Review of The Gods of Howl Mountain by Taylor Brown
ICYMI: Taylor Brown's five-star, 1950s North Carolina-set novel offers mountain clans, whiskey runners, folk healers, family conflict, and dark, brooding woodland settings. I loved it.
Rory Docherty has returned to rural North Carolina with a wooden leg and haunting memories of his time fighting in the Korean War.
He's running whiskey to juke joints, brothels, and other seedy spots in his 1940 Ford, driving fast, avoiding federal agents, and living with his grandmother, a healer with strong opinions about Rory's love interest, a snake-handling preacher's daughter in the mill town nearby.
Family secrets and conflicts come to a head as The Gods of Howl Mountain reaches a dark, brooding, beautiful crescendo.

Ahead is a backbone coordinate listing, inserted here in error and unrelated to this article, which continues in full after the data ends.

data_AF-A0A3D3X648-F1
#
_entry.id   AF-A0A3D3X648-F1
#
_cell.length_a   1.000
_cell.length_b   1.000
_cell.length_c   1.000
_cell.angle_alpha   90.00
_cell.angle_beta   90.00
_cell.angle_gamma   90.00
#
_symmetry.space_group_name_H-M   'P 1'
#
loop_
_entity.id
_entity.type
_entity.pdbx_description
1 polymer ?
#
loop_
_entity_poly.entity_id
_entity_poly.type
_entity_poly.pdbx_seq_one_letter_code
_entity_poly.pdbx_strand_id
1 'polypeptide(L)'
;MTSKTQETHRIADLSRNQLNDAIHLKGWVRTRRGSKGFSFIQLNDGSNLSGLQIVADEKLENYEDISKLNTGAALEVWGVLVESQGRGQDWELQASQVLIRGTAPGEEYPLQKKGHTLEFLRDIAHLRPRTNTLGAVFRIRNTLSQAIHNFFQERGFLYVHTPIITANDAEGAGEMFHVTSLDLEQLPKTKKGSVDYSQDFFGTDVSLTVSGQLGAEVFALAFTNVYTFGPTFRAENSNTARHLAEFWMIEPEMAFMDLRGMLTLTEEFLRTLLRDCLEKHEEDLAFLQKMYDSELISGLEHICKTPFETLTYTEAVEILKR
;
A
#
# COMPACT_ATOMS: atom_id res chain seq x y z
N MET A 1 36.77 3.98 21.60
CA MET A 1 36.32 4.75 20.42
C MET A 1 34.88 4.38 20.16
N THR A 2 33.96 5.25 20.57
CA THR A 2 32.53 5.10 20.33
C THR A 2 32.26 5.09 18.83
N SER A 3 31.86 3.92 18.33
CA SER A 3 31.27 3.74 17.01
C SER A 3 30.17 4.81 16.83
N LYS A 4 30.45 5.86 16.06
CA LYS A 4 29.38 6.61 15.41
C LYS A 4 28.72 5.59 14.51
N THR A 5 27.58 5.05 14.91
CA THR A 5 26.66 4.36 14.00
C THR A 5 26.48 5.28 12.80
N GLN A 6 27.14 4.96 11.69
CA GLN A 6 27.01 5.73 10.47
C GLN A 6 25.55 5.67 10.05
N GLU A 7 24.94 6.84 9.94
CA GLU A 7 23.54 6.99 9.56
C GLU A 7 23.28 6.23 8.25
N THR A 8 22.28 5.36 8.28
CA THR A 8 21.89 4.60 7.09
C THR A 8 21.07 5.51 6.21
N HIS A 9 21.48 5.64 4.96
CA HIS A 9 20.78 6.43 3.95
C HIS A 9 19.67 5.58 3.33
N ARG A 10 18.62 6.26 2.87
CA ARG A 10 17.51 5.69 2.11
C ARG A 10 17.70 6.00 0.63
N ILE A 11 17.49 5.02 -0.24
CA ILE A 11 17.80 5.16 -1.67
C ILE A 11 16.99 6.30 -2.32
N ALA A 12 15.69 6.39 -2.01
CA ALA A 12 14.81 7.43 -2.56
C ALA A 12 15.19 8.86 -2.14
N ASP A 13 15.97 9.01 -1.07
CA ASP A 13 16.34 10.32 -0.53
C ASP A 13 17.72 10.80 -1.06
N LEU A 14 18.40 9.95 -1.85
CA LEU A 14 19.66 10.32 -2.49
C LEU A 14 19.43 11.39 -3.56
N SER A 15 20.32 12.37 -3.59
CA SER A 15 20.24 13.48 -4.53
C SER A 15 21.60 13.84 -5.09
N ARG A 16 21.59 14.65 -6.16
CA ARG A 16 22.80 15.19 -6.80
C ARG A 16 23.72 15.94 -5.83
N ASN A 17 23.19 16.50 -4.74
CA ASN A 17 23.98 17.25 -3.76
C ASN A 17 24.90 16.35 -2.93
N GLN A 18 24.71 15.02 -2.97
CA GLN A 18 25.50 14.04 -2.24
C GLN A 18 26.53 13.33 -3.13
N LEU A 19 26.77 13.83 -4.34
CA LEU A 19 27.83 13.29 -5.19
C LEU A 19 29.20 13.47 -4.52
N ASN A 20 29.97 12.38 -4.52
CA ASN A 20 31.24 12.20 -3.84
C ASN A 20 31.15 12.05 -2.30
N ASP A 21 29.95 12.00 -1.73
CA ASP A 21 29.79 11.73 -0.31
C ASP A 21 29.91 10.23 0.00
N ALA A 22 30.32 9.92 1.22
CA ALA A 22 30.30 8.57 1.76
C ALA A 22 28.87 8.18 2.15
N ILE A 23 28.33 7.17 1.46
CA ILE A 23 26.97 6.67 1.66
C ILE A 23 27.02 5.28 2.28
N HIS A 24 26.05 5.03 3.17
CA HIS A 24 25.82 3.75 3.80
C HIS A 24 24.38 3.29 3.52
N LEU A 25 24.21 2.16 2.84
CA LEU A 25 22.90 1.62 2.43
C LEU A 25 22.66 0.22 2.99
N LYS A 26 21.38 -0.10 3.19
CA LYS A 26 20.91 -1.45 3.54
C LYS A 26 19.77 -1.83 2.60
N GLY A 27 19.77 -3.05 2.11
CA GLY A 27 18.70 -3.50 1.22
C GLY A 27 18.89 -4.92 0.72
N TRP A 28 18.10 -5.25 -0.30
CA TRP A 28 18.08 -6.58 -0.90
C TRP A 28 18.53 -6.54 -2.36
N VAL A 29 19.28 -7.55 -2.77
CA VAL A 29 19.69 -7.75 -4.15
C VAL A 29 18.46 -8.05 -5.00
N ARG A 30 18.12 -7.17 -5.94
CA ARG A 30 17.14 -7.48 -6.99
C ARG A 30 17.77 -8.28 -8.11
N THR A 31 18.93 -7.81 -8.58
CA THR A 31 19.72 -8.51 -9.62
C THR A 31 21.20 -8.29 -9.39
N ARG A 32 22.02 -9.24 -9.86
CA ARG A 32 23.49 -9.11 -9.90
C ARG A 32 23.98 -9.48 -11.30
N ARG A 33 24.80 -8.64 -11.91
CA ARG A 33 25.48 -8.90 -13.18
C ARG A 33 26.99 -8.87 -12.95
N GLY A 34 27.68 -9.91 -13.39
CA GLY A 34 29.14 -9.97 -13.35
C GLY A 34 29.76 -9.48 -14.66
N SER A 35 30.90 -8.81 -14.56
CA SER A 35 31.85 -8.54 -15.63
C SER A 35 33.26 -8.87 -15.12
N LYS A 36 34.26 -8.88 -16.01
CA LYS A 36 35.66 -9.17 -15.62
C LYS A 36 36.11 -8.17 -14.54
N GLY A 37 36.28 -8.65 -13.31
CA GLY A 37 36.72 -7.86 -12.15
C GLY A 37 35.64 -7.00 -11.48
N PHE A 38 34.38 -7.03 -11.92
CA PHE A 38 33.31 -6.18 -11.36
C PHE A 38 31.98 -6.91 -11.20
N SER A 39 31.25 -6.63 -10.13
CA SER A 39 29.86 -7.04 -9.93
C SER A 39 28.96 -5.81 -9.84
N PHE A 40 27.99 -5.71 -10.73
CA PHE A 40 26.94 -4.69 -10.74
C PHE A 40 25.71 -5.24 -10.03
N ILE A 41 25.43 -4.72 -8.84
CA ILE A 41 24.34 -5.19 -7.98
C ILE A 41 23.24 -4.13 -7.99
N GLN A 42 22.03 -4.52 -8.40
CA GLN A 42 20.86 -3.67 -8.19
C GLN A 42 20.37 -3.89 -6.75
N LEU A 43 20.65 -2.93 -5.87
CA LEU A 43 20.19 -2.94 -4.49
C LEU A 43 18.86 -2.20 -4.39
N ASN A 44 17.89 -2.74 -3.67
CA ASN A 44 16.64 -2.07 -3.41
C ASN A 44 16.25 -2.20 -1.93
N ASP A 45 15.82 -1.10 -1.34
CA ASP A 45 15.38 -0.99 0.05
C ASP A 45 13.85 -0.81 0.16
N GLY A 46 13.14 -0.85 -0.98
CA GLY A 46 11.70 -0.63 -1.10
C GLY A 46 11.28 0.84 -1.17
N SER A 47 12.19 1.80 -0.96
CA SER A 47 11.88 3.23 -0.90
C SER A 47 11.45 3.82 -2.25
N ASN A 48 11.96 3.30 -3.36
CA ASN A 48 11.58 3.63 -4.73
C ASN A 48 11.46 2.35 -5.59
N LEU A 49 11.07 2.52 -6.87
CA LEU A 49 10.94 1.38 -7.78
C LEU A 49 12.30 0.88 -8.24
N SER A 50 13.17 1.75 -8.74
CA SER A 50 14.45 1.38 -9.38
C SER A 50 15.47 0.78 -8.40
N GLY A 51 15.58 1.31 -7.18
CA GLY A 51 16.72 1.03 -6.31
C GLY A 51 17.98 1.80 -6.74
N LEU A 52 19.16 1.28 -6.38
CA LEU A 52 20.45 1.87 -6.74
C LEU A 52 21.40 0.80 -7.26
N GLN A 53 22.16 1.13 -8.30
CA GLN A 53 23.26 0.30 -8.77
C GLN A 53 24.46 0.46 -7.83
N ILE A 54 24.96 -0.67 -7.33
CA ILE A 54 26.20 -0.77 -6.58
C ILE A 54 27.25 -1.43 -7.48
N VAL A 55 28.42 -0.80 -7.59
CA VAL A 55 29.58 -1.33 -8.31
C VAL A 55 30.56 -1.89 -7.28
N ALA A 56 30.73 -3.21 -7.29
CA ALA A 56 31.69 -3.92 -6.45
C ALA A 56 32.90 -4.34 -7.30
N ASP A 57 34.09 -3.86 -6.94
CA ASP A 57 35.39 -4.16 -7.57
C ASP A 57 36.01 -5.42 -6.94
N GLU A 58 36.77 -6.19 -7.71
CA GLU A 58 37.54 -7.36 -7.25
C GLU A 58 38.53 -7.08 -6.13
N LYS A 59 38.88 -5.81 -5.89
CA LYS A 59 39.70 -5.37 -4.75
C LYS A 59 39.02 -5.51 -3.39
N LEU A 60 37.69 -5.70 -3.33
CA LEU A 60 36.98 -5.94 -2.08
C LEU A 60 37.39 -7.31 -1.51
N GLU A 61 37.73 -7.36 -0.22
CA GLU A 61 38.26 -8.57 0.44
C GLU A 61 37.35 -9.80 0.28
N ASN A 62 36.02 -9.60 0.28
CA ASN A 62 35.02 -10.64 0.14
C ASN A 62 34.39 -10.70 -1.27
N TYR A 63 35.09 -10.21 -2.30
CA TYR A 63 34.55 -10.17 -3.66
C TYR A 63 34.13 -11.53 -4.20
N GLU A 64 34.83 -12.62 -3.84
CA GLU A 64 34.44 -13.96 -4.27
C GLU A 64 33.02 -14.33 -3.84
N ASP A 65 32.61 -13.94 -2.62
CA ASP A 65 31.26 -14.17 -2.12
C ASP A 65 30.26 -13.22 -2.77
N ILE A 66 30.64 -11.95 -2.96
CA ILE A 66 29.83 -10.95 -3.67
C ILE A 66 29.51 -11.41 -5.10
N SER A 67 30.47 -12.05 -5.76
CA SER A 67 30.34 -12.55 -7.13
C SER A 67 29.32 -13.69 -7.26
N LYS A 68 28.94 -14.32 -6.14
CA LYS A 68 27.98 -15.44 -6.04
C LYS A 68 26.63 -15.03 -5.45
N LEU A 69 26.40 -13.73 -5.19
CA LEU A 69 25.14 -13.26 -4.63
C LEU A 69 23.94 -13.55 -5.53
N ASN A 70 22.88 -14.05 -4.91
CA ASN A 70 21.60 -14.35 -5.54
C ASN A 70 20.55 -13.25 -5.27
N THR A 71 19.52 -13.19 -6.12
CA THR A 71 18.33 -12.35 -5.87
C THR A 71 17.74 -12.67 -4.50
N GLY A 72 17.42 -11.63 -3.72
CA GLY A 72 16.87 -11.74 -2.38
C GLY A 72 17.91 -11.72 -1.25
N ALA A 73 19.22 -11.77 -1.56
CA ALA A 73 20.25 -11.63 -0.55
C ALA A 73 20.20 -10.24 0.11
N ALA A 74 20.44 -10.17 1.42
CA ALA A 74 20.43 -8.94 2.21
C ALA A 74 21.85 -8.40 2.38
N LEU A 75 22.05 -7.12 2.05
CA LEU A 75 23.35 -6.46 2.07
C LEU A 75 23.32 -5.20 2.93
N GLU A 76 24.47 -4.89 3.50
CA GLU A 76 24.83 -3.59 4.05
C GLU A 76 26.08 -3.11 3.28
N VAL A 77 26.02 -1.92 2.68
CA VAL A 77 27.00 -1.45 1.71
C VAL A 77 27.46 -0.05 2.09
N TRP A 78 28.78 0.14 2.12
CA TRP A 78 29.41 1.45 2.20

Brown’s descriptions are intensely arresting. He delves deeply and deftly, cutting to the quick and avoiding what in less skilled hands could have been caricatures of North Carolina mountain folk.
I loved every bit of this story.
Do you have any Bossy thoughts about this book?
Taylor is also the author of Pride of Eden (a book I own that is still on my to-read list), Fallen Land, a title I loved and included in the Greedy Reading List Six Great Historical Fiction Stories about the Civil War, and the upcoming (to be published next week) historical fiction novel Wingwalkers. Stay tuned for that review, coming soon!